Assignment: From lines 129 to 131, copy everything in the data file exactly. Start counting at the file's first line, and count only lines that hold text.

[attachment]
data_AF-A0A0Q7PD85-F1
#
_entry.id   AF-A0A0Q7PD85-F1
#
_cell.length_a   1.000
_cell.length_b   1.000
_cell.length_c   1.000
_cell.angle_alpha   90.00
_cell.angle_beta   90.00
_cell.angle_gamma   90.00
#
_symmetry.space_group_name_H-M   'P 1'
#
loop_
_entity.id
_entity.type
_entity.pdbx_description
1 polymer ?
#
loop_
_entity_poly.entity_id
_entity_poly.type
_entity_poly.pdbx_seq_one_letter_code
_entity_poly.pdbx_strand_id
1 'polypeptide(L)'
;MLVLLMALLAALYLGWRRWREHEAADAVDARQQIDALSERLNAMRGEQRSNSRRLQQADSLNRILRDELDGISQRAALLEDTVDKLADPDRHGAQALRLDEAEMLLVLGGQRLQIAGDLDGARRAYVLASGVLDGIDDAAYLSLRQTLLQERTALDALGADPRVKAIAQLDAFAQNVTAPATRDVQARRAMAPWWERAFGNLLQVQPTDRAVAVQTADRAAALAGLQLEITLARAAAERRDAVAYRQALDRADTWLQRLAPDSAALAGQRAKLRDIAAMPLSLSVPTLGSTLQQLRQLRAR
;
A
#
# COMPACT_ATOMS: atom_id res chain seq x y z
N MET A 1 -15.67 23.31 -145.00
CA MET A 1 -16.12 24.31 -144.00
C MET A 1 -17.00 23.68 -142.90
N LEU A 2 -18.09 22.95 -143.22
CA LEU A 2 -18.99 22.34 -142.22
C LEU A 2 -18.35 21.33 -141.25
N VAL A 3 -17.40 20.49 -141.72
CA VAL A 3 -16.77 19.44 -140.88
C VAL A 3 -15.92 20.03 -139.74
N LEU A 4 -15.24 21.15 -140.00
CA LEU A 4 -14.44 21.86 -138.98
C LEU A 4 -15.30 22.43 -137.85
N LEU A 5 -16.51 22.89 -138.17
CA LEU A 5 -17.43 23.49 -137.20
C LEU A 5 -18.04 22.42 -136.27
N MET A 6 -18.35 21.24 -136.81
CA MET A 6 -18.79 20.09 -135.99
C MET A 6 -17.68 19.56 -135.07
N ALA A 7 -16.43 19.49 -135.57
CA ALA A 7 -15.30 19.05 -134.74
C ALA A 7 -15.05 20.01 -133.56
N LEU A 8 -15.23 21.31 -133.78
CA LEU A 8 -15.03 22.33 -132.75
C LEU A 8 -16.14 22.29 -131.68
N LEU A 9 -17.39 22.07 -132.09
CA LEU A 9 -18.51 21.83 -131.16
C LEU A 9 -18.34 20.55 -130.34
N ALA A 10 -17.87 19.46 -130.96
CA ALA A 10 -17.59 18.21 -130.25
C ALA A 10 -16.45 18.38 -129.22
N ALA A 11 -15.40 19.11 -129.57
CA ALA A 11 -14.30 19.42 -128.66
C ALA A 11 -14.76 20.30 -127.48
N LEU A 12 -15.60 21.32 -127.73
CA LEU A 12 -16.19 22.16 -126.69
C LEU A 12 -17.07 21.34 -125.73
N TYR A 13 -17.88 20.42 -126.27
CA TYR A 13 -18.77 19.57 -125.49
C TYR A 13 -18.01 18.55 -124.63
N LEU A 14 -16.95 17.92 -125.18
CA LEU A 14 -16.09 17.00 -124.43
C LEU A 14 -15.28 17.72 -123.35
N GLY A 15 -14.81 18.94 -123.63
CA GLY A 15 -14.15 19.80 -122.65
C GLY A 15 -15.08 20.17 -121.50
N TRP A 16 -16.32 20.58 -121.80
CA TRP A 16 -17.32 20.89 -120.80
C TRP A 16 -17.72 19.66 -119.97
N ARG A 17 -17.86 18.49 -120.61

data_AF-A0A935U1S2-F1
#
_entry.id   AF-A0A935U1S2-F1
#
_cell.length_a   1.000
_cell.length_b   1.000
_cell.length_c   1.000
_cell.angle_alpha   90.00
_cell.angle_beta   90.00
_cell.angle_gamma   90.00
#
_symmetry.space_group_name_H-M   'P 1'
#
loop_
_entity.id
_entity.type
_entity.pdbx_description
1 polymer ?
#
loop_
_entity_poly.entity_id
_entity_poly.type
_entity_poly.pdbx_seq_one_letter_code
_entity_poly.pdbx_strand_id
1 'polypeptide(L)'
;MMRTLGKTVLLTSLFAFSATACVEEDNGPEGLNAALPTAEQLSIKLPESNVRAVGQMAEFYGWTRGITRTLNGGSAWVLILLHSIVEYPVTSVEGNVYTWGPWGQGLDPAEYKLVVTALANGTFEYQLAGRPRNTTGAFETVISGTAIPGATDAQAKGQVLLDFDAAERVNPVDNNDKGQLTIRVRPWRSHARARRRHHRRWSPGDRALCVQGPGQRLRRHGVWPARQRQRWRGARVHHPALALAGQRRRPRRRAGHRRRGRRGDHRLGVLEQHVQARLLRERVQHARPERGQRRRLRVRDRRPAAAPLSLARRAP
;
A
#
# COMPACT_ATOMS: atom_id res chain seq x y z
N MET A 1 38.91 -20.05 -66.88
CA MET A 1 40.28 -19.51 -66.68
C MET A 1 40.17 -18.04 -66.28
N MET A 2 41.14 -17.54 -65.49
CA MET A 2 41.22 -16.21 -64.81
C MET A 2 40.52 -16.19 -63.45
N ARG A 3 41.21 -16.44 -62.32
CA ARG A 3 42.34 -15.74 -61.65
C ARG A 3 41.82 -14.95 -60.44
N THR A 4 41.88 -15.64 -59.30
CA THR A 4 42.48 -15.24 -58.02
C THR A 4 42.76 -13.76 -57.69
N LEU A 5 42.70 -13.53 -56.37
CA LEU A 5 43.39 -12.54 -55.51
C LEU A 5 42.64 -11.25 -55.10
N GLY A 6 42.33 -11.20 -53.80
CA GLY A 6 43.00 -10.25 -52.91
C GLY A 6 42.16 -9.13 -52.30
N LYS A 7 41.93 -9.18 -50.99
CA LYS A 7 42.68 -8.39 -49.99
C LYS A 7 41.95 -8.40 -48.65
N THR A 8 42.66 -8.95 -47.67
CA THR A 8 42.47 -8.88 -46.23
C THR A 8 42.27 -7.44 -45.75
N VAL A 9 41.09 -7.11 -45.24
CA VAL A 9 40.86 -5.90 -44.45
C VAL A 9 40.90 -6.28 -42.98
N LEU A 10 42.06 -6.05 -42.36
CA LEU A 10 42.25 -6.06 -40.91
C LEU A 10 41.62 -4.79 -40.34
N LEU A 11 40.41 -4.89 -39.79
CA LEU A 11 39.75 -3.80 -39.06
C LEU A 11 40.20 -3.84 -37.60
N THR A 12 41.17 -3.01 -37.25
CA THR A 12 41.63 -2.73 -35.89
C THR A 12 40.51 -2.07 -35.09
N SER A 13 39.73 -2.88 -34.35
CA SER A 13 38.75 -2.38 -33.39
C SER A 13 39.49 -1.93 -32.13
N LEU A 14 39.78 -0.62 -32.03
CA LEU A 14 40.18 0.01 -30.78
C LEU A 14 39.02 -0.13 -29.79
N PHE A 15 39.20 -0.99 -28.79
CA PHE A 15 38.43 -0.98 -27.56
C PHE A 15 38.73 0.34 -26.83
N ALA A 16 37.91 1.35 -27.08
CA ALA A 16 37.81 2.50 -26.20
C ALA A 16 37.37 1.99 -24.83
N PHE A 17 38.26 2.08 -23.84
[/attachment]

CA LYS A 7 42.68 -8.39 -49.99
C LYS A 7 41.95 -8.40 -48.65
N THR A 8 42.66 -8.95 -47.67